Personal Musings

Game. Set. Match

How a Tennis Match Between Two Newlywed Couples Destroyed Any Chance at Friendship

When my wife and I were newlyweds, we met another newlywed couple a few apartments down from ours. They married a month after us. When they moved in, my wife took it upon herself to formulate a well-devised plan to strike up a friendship.

“Let’s make new friends,” she said. “They look about our age. Maybe a couple years younger. They just got married. We’re all at a similar stage in our lives.”

I’ve found making friends as an adult a near impossible task. It’s like going to the grocery store and finding the right shopping cart — one that doesn’t have a wobbly, squeaky wheel. Everything about it is awkward, including the most basic of introductions: your name. When you’re a kid, you have it easy. As a parent, I envy my son’s ability to strike up a friendship out of thin air. He sees a kid roughly his age and walks up and says, “Hi, my name is Henry. Do you want to be friends?”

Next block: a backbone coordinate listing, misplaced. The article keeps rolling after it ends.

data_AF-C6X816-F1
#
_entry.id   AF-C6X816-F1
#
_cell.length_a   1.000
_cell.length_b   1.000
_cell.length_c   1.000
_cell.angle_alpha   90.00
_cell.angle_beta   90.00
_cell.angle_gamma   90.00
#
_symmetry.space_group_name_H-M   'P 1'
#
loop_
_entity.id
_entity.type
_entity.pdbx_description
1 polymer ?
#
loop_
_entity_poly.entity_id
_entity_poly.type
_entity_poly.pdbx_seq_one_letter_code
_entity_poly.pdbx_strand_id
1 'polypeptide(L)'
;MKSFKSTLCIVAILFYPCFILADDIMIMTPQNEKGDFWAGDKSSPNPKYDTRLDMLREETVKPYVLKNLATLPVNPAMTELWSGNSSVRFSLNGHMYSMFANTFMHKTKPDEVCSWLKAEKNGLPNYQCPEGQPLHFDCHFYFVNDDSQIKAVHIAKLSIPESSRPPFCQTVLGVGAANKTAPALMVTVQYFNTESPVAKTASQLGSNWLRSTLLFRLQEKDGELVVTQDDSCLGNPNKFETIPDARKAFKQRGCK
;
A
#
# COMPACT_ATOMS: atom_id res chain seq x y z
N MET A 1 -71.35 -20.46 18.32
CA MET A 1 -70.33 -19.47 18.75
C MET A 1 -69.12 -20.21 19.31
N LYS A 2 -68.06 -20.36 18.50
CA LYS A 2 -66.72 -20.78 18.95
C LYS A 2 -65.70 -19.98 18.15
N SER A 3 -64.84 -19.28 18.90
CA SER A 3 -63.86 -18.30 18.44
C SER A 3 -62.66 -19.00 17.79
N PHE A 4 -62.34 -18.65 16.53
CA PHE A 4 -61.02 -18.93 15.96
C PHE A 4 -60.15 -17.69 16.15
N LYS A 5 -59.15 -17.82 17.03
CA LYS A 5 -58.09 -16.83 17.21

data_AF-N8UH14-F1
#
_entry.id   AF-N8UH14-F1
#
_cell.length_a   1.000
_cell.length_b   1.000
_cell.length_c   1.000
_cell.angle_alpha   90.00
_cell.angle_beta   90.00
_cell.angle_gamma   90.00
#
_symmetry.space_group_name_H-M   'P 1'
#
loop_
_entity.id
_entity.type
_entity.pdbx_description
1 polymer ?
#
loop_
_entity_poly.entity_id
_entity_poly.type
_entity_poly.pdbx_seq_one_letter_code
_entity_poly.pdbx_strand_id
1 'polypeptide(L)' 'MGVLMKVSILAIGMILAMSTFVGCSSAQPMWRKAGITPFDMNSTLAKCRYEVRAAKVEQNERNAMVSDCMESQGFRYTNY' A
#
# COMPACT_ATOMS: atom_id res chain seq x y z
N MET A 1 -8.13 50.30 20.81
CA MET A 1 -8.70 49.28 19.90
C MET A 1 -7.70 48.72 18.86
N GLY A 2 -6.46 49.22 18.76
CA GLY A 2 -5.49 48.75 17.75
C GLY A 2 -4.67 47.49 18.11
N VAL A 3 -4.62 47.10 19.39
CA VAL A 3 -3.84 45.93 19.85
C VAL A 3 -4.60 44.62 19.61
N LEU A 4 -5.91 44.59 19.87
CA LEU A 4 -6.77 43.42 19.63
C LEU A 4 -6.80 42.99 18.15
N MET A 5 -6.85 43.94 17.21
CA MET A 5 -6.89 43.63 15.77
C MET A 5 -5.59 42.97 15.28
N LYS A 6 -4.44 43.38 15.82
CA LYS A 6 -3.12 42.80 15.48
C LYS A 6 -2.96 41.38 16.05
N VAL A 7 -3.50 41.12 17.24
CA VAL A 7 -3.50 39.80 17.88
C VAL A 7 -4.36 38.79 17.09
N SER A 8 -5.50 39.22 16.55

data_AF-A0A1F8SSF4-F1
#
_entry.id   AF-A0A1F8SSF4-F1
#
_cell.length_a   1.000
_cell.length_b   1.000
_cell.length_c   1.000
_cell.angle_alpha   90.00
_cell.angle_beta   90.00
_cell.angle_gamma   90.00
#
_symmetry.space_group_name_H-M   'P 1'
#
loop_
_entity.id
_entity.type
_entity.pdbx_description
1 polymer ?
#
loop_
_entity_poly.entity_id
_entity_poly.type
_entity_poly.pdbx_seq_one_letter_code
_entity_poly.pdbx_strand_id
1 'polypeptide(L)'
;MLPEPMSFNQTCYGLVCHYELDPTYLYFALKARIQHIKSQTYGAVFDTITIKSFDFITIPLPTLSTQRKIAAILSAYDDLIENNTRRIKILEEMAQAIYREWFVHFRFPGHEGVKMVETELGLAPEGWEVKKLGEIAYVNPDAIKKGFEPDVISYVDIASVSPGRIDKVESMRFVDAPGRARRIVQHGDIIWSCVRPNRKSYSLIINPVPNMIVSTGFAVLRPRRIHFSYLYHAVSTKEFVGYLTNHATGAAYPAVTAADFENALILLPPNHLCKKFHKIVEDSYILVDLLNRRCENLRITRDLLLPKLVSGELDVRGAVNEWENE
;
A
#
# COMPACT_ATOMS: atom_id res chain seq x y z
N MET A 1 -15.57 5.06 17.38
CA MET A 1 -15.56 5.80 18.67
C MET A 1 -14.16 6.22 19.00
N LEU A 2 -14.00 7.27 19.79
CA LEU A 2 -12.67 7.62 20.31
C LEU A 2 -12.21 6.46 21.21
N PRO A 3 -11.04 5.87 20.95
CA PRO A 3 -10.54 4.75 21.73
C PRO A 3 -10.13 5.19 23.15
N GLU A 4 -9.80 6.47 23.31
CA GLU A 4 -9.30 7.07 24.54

Then he plays toy trucks with the other kid or pretends to be Batman and the other kid Robin and they save Gotham from the villainous Joker and his henchmen. You can’t do that with another adult when you’re an adult. I mean, you can.

But, awkward.

Luckily, my wife is better than I am at the Make Friends in Adulthood game. Finding a common interest is her angle, which is exactly what my wife decided to do one fateful day fifteen years ago.

As my wife peeked at the other couple through our mini blinds in the living room, an opportunity presented itself.